Sheriff-elect in northeast SD to have license suspended until felony bar fight case is settled

Korey Ware.png
Korey Ware

PIERRE, S.D. — For now, Roberts County in the far northeast corner of South Dakota doesn't know who its sheriff will be in January.

That's because Sheriff-elect Korey Ware, a 28-year-old former Sisseton police officer and a current deputy sheriff, has been accused of seriously injuring another man in an apparent bar fight in nearby Aberdeen and is facing felony aggravated assault charges.

On Thursday, Dec. 13, the South Dakota Law Enforcement Officers Standard and Training Commission unanimously voted to continue the case and decided that when Ware is sworn in on Jan. 7, along with other county officials, that his certification as a law officer be immediately suspended and that he be placed on administrative duties.

The Roberts County Commission should then appoint an interim sheriff, said the commission, until Ware enters a plea or a jury decides his fate in a trial. He also faces alternative charges of simple assault.

Just a day before his hearing in Pierre, Ware had an arraignment hearing in court in Aberdeen on Wednesday on the assault charges and entered a not guilty plea and asked for a jury trial.


Judge Richard Sommers scheduled a tentative jury trial for Feb. 6-7, with back up dates of Feb. 27-28 and March 28-29.

The fight took place about 1:35 a.m. Oct. 6 at or near The Zoo Bar on Main Street in Aberdeen. A grand jury indicted him, according to Brown County state's attorney Chris White, and Ware was arrested Oct. 25.

That was just days after Ware was hired as a Roberts County deputy on Oct. 1. And it was just months after Ware was elected sheriff in a two-man race in a June primary. Ware had no competition in the November election so he wasn't even on the ballot.

Roberts County Attorney Kay Nikolas said Thursday that she couldn't comment on the case because it was a personnel matter..

However, she said the county commissioners would discuss the sheriff's situation at its board meeting on Tuesday, Dec. 18, and could decide on an interim sheriff for the county of about 10,300 people.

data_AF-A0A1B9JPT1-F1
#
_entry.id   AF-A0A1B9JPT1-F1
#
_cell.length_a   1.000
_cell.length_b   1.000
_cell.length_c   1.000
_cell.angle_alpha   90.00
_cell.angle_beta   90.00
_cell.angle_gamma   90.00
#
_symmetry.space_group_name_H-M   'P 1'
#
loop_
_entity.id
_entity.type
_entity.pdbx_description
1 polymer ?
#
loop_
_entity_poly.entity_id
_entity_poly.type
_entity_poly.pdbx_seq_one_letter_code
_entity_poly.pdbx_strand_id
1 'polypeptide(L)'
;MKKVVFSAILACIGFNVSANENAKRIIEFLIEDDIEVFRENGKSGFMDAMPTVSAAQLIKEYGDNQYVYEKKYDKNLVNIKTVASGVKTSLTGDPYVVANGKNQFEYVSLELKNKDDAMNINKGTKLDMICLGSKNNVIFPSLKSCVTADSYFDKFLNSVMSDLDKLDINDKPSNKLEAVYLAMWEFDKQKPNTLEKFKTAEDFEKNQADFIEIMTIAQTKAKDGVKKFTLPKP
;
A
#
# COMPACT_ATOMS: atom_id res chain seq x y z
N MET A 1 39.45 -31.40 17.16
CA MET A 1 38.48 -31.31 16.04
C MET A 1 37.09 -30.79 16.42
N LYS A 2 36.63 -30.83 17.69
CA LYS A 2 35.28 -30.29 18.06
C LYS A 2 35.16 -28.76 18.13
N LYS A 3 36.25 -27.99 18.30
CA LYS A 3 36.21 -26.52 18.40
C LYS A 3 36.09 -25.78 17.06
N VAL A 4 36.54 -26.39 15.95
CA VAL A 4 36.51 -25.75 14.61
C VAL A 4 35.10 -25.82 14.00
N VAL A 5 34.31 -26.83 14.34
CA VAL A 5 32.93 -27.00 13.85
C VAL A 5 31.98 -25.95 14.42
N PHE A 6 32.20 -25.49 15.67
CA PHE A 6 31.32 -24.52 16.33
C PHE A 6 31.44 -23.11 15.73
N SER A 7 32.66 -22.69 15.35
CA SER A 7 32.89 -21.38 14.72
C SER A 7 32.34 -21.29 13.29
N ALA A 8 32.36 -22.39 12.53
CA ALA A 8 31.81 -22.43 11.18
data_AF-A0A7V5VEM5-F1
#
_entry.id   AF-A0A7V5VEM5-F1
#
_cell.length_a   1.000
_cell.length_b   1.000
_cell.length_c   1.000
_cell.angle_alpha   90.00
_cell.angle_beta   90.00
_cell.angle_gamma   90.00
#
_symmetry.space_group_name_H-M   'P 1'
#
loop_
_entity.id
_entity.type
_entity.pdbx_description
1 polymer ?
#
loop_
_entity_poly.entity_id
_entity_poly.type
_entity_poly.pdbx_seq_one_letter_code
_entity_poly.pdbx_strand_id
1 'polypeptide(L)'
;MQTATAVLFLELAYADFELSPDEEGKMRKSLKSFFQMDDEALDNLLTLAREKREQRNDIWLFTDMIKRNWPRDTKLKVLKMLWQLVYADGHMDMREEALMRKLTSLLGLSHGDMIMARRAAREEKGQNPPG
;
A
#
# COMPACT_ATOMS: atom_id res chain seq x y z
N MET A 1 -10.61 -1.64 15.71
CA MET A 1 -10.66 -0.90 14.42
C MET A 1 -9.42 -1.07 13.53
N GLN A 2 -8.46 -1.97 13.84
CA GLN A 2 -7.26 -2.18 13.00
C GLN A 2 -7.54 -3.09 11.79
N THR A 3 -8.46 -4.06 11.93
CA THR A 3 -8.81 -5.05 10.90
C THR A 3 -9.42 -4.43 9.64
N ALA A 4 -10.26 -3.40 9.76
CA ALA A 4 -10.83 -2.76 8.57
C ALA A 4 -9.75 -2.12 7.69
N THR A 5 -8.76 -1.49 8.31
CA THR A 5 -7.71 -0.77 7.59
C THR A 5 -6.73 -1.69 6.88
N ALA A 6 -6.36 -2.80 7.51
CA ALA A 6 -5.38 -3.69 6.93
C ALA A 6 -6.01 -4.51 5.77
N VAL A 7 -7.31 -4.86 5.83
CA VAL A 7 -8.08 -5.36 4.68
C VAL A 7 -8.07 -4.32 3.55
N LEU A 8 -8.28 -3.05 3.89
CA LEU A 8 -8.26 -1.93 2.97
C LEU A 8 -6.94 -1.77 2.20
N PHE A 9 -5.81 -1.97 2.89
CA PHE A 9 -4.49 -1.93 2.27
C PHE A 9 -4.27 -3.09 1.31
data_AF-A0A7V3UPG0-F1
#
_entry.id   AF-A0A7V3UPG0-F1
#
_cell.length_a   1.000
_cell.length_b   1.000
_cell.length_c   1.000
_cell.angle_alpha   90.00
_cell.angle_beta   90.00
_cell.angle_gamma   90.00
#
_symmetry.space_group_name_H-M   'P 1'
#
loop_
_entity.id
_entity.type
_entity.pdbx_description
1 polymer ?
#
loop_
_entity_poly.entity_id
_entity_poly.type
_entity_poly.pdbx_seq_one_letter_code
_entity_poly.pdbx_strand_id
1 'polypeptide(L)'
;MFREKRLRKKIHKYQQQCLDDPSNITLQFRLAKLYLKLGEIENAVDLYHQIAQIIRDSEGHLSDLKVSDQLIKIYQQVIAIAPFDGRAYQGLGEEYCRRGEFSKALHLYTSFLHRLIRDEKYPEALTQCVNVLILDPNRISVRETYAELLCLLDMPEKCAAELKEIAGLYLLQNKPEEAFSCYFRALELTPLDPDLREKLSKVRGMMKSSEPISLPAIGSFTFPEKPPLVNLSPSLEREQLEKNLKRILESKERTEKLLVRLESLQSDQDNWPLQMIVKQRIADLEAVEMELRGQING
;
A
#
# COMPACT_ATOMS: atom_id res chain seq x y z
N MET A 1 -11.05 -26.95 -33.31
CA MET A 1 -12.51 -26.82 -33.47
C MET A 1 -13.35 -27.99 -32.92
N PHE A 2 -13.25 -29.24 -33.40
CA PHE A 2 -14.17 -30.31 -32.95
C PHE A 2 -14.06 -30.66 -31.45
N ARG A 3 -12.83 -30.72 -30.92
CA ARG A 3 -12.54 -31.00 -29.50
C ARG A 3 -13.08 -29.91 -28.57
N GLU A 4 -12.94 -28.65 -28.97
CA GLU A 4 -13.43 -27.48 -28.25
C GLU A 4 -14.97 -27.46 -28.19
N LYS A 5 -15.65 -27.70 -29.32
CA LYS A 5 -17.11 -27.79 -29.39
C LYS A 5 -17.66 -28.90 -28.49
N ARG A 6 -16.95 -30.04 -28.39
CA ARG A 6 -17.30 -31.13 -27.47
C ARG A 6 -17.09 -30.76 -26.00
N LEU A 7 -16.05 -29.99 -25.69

The current sheriff, Jay Tasa, who didn't return calls after numerous attempts to contact him, won't continue in the job as he was elected register of deeds for Roberts County. There are four other deputies listed for the department.

In Thursday's state board hearing, the eight-member commission called into question Ware's capability to serve his elected office, and the legal precedent for the unique case.

Ware's attorney, Tom Sannes of Webster, said under his understanding of the law, the commission couldn't prevent Ware from taking his oath of office in January.


Throughout the hearing, Sannes kept emphasizing the need for due process before the commission.

"We are trying to work through this but we have to have an opportunity to have a full hearing. That's all we're asking." Sannes said.

However, Commissioner Tom Wollman, a state's attorney in Lincoln County, asked, "I f he was charged with second-degree manslaughter, or first-degree manslaughter, or first- or second-degree murder, would you expect that this board allow him to be sworn as sheriff with just a suspended license?"

Sannes replied to Wollman's hypothetical, "I can only work with the facts of this specific case."

Wollman said he had concerns about someone with a violent offense, and said the commission has handled DWIs and misdemeanors before, "but it's a violent, general-intent crime. It's a Class 3 felony. It's a serious matter."

"From our perspective, our job is to certify the character fitness of law enforcement and I think a suspension is us saying he does not currently possess the requisite character fitness. I understand that he has a right to trial and a right to exercise all that but should he be sworn into sheriff with that cloud?" Wollman asked.

Nonetheless, the decision for him to be sworn in and then have his suspension immediately take effect was passed unanimously by the commission.

However, compounding Ware's troubles is that the Sisseton-Wahpeton Sioux Tribe, whose reservation is centered in Roberts County, has called for Ware to not take office.


In a statement by Tribal Chairman David Flute, he said the charges "have created apprehension by tribal leadership for the public safety and treatment by law enforcement of our tribal members and non-Indians living on the Lake Traverse Reservation and within Roberts County."

"The confidence in law enforcement will suffer if Ware is allowed to serve his term," the chairman said.

Flute added that it raises doubts about his ability to "treat members of this community fairly and without excessive force."

The tribe's law enforcement service often works with the Roberts County sheriff's department.

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